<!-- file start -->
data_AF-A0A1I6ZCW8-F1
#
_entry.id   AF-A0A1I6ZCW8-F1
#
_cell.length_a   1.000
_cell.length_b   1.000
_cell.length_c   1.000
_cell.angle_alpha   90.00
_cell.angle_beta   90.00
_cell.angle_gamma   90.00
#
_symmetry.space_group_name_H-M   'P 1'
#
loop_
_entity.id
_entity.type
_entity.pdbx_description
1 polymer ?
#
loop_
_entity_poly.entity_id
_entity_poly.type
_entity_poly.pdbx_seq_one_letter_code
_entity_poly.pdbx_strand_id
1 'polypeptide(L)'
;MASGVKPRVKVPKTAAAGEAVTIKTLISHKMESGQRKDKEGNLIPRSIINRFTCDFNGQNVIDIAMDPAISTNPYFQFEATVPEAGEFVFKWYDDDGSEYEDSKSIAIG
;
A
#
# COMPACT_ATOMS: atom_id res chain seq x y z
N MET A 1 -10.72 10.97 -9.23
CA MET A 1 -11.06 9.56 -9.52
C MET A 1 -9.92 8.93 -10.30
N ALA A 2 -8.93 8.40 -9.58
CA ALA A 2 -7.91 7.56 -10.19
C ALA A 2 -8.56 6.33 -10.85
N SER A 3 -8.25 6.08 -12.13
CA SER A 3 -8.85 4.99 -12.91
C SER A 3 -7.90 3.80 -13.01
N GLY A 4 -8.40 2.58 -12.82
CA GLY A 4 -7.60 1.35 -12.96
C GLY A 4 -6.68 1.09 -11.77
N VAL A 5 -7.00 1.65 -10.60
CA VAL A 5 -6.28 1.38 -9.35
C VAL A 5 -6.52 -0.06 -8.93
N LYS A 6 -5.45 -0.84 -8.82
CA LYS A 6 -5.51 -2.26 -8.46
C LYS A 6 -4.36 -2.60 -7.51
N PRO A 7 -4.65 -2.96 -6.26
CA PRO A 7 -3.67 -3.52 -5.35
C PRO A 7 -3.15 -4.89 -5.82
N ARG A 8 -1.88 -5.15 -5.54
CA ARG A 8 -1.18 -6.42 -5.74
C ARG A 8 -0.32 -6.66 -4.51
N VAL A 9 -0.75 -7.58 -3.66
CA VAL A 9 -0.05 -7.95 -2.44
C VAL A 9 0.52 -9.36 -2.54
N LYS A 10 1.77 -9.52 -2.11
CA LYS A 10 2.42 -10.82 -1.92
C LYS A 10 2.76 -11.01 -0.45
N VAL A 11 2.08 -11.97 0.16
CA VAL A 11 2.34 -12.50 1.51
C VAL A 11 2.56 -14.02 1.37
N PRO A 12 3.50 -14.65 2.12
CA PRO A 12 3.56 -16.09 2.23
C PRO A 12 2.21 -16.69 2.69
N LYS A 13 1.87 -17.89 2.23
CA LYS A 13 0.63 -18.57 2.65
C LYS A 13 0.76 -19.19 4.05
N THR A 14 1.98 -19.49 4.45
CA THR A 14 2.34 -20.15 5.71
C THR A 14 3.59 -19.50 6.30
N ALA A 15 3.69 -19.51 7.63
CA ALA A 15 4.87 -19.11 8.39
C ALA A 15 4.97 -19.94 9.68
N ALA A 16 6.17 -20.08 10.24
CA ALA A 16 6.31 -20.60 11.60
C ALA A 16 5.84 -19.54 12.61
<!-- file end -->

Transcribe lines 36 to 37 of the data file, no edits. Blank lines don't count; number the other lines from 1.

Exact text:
C ALA A 2 -8.56 6.33 -10.85
N SER A 3 -8.25 6.08 -12.13